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Ukulele & All That Jazz - 
 

Think of it as evolution in action

Online gamer dies after 'marathon' session

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Victims of the Drug War

A quote from Radley Balko at TheAgitator.com...

"How incredibly fucking sad if the idea of a 17-year-old kid getting gunned down in his own bed in the name of preventing people from getting high is no longer capable of making us angry. And how incredibly fucking scary."

Drug raids go wrong over and over again for a variety of reasons, most of them related to how the police set them up and carry them out. But every time some innocent gets gunned down by the cops the story is the same... "this rarely happens" and the end result is the same... a dead citizen and cops going unpunished.

Time to rethink this wasteful and useless "war" on drugs, don't you think?

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Musical smorgasbord on the web

Gotta love these here intarwebs sometimes.

Where else can you hear a fellow in Eau Claire, Wisconsin playing ambient music on wooden flute and then a Russian cat playing old Russian folk tunes on a hurdy-gurdy (apparently the traditional "beggars instrument" where he's from) and then jump right to a pretty Japanese lady playing Finnish music on a kantele, a traditional Finnish instrument?

And all with only a few clicks worth of effort.

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Does EMI finally "get it"?

Maybe Steve Jobs' recent speech had something to do with it -- or maybe not -- but now there's talk that EMI might be releasing mp3s without DRM.

For those of you who don't have such a personal investment in such topics as I, DRM is Digital Rights Management. It's the thing that keeps you from playing an mp3 you've paid for if you try to move it to another computer and, in some instances, even the wrong portable mp3 player. It's also sometimes known as "copy protection" and can be found on DVDs and videotapes.

Really, it's just another annoying thing that the major labels do to "fight piracy" that mainly just bugs the hell out of the honest users and does squat for ending the so called "piracy."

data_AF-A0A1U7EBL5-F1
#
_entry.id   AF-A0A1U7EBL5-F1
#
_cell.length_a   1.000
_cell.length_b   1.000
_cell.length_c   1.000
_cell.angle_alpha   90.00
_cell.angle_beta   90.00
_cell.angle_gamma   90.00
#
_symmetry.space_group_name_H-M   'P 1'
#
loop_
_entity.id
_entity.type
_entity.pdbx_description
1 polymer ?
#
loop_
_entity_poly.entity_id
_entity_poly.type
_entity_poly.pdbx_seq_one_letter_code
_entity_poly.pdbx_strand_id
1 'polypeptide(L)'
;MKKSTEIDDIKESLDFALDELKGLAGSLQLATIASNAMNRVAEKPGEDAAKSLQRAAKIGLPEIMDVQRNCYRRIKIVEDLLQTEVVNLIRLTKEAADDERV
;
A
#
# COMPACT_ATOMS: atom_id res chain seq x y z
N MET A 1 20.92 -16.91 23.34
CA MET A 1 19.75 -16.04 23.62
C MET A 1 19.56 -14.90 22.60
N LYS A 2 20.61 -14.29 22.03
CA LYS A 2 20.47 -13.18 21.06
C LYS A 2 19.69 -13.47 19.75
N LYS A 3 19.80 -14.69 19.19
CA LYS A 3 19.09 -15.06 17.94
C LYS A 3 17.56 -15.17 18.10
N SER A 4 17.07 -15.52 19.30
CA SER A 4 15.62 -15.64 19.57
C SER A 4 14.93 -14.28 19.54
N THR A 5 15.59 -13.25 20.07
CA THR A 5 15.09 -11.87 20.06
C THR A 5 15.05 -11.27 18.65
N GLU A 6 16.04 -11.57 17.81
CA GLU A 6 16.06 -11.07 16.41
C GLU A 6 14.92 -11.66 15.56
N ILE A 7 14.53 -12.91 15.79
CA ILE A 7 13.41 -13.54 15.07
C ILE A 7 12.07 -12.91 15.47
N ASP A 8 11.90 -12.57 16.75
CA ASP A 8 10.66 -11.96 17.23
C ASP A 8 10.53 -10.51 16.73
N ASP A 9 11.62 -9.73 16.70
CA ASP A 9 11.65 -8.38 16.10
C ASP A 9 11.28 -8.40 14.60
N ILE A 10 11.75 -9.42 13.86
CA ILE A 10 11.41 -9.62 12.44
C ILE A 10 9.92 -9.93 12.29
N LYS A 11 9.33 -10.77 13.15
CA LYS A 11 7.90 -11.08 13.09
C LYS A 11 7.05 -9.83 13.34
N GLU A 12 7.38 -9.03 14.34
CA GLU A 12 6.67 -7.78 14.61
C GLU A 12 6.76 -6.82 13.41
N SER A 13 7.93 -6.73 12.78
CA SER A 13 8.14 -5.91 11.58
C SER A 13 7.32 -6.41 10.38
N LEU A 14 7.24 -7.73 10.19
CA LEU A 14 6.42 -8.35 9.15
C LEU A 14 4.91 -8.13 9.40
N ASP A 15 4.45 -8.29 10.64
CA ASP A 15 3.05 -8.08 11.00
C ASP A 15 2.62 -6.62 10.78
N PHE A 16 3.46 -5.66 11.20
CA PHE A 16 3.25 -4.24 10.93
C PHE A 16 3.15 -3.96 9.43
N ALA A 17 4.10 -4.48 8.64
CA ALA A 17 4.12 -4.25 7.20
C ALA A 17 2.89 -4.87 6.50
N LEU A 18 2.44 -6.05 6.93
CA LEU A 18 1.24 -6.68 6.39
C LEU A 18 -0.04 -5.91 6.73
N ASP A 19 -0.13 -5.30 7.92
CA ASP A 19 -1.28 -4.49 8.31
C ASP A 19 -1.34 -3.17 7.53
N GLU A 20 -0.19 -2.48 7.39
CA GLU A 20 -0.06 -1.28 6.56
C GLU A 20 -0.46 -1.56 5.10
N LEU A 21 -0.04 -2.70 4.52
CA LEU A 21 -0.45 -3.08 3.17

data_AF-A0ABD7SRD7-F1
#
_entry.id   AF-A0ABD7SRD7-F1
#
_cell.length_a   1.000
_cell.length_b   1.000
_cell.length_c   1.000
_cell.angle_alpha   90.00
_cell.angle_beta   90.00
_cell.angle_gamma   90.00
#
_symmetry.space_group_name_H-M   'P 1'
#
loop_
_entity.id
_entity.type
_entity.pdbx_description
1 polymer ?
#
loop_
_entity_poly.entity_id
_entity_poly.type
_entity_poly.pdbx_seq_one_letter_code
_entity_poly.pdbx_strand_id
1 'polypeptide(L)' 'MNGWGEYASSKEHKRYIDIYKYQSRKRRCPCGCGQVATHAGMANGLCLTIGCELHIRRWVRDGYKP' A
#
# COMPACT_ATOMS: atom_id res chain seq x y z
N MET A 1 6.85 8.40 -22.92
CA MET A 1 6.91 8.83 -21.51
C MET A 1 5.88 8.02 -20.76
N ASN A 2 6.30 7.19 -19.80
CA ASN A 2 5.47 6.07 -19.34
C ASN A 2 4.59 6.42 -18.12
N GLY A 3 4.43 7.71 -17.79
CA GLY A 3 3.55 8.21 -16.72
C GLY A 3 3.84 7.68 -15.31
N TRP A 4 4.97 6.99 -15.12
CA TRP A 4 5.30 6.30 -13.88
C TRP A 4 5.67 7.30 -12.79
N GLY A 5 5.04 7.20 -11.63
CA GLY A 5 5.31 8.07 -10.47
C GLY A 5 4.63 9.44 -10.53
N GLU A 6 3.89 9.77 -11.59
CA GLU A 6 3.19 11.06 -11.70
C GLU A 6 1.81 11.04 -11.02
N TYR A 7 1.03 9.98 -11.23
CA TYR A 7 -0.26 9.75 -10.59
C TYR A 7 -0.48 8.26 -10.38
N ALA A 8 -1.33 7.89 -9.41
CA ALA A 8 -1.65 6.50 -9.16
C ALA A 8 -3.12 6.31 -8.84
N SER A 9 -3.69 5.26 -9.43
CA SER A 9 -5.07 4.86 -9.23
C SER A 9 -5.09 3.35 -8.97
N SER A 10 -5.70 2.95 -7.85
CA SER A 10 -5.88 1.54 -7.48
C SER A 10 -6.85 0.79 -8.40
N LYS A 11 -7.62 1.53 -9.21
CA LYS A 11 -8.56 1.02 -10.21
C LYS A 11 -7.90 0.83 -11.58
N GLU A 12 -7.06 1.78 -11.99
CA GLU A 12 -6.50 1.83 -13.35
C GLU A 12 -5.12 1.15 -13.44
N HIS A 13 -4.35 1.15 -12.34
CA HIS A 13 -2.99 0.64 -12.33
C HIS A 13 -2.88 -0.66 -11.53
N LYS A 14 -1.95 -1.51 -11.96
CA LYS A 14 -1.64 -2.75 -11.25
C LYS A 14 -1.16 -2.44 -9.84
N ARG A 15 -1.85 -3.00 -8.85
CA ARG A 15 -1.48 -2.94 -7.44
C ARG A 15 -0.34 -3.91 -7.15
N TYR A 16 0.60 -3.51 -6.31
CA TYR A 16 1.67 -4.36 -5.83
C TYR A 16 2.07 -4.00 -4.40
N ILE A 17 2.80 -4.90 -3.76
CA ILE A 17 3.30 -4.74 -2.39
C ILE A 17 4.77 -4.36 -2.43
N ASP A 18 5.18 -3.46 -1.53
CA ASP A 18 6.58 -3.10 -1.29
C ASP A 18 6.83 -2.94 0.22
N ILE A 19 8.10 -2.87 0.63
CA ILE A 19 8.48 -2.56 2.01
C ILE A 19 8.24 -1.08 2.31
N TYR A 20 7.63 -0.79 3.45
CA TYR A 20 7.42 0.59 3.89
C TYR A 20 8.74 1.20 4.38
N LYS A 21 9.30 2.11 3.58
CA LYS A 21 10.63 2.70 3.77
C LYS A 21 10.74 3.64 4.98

Apparently they've already tested this concept with several things in their catalog and the results have been positive as well as the "fan feedback has been very enthusiastic."

Well, duh!

Better minds than mine have been pointing out for some time now that if you give the consumer a reasonably easy and not too expensive legal download option, they'll take it. Legal downloads don't run the risk of virii and malware that some of the "pirate" downloads do, plus, assuming the track is available at all, it's easier to find what you're looking for from the legal services.

We'll have to wait and see if this is a sign of things to come or just a rumor. But it sure appears as a ray of sunshine in the otherwise dismal picture presented by the major labels, RIAA, et. al.

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Woman on the wrong bus lost for 25 years

This story just twists my brain.

BANGKOK, Feb. 7 (UPI) -- A woman who boarded the wrong bus on an attempted shopping trip from Thailand to Malaysia has returned home after 25 years.

I read the headline and couldn't come up with a single plausible explanation so I simply had to go read the whole piece.

Did you have the same reaction?

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Extreme Toilets of the World

And, from the comments of that same Clicked piece I mentioned in my last post comes Extreme Toilets of the World.

As an article this rates my newly created "Funnies" category but some of the single entries in it deserve the Just Plain Weird label.

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How many social networking sites is too many?

Today Will Femia at Clicked posted a link to Jon Udell's article, Critical mass and social network fatigue. In the article Jon poses some questions that have been on my mind of late...

"How many networks can one person join? How many different identities can one person sanely manage? How many different tagging or photo-uploading or friending protocols can one person deal with?"

I'm on MySpace and I'm working it to the best of my limited ability and knowledge. ezFolk is using a software that in its recent iterations has a "Fans" component. Neither of these two sites subjects me to spam and, while I have MySpace on a time limit to produce results, I'm likely to stay with ezFolk -- for a variety of reasons -- as long as they're up and flying.

Early on I was convinced by a couple friends to sign up on Ringo so that I could view his or her pictures. I've never posted any there myself but I get a lot of trash mail every time they post.

I was looking for an old classmate (and good friend) that I'd lost track of and I foolishly used Reunion.com. Now I get 3 to 10 mailings a week from them, all aimed at getting me to pay for their "advanced" services.

Another friend keeps sending me announcements that he's posted a new YouTube video and they always include a "sign up as this person's friend" section.

Please! I probably already waste too much time trying to keep up with the web stuff I want to keep up with. I don't need nor want anymore.

Everybody is trying to jump on the "social networking" bandwagon, so much so that someone has just created a spoof site called Useless Account, where you sign up and the only thing it does is allow you to come in and edit your profile.